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    The question then becomes, can consciousness be programmed into AI? Doesn't seem likely, but it would be cool if a mad genius out there could figure it out.

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  12. James R Just this guy, you know? Staff Member

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    Can consciousness be programmed into a human brain? Doesn't seem likely. But that's apparently what happened somewhere along the line. Moreover, it happened only through blind biological evolution.
     
  13. Michael 345 Valued Senior Member

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    Agreed.

    Taking the self awareness pathway it may have occurred when something like a accident occurred, was perceived as pain, a automatic response generated, pain lessens.

    Later accidents which generated pain were lessened by purposeful responses.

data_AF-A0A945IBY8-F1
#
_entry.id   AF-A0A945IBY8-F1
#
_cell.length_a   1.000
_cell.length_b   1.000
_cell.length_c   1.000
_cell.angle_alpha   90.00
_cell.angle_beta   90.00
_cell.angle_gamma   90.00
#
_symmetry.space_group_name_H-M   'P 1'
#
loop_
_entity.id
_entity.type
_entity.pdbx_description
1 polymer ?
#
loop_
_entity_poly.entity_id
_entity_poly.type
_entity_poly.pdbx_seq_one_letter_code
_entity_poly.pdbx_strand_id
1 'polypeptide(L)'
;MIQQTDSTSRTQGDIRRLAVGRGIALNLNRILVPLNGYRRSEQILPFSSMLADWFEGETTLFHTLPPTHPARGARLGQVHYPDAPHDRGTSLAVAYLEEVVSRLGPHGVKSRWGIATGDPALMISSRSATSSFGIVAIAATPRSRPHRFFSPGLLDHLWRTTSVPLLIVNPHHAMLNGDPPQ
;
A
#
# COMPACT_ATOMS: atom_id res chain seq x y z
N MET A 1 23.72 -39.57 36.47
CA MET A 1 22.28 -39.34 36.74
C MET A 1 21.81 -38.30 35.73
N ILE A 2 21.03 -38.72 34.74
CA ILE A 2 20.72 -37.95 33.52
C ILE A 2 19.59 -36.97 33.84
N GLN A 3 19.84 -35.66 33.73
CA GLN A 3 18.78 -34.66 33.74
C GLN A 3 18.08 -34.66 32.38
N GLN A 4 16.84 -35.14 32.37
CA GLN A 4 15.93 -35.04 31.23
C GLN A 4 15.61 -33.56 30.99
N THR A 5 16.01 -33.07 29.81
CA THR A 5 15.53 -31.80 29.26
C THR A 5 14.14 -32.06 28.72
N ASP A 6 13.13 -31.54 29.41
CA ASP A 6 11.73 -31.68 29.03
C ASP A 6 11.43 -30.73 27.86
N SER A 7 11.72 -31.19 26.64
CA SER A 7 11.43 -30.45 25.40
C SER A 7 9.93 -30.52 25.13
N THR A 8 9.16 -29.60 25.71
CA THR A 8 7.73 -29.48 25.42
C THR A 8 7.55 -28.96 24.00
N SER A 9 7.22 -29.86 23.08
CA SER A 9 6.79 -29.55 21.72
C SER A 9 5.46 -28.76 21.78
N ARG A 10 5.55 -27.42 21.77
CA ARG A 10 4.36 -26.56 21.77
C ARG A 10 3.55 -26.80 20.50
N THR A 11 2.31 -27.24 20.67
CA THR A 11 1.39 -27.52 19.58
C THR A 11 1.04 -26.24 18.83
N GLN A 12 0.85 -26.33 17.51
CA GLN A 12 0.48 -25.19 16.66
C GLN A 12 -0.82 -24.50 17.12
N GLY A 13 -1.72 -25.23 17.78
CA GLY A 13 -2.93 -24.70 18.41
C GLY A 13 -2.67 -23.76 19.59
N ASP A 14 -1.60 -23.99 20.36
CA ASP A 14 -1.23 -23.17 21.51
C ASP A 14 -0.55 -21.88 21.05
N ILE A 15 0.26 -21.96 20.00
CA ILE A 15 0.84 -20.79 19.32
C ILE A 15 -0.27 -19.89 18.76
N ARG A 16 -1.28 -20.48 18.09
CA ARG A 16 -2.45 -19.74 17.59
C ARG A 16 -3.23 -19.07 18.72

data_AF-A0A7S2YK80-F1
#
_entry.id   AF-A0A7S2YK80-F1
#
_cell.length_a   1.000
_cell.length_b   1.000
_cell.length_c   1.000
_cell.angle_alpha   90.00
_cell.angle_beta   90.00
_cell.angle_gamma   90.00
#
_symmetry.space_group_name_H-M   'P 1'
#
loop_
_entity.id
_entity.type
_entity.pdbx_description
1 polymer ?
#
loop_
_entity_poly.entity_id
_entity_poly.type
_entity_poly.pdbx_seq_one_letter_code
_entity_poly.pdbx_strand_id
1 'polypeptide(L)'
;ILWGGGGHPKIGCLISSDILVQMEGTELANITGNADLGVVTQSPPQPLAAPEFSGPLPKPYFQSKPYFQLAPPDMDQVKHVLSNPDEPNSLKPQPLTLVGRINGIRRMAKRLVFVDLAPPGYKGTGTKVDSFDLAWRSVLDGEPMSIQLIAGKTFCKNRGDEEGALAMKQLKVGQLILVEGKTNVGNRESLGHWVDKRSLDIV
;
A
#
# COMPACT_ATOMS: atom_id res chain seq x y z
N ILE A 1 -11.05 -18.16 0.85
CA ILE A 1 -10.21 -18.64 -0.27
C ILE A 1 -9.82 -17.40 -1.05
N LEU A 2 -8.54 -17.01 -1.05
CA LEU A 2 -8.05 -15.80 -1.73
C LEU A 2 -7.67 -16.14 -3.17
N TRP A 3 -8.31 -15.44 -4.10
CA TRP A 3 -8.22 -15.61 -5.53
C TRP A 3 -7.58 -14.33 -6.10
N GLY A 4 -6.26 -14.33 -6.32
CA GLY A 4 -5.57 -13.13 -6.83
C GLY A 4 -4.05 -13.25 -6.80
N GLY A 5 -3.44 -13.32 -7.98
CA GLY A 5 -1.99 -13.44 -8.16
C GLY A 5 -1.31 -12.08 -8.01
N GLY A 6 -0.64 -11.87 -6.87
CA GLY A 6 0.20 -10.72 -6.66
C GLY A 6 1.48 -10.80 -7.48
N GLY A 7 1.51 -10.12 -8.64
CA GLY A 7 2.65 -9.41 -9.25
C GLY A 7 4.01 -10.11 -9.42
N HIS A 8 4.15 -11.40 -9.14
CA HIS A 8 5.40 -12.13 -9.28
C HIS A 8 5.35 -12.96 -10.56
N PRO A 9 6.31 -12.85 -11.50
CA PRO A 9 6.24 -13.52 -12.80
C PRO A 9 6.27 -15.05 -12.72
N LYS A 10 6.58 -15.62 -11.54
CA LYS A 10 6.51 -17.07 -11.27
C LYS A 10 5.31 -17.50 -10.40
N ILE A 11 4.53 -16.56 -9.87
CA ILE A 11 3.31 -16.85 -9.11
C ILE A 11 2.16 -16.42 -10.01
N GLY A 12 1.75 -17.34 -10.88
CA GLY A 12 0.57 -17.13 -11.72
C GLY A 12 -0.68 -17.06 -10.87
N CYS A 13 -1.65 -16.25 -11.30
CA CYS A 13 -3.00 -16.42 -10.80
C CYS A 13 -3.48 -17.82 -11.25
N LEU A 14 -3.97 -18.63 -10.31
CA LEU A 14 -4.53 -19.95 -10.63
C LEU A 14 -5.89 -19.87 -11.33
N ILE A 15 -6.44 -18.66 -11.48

Suddenly the brain says 'ha I can control this what ever it is'

    Consciousness has a arrived.

    Perhaps my choice of a accident to kick start consciousness stems from my background.

    A chief might pick cooking a meal.

    However the connection was made I would not suggest it was programmed into a human brain more the dumb luck of blind biological evolution.

    Humpty Dumpty who can't believe his dumb luck.
     
  14. Write4U Valued Senior Member

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    Almost all animate things have consciousness. When you can observe a reaction to stimulation in a subject, that subject has consciousness. It is aware of change. This does not require a brain.
    It requires only afferent sensory equipment, such as a receptor sensitive to the stimulus to trigger a localized reaction. But when sufficient receptors are placed close together, the entire body has a consciousness , similar to a hive mind, where there is no central brain, but information is spread by chemical signals to the entire hive.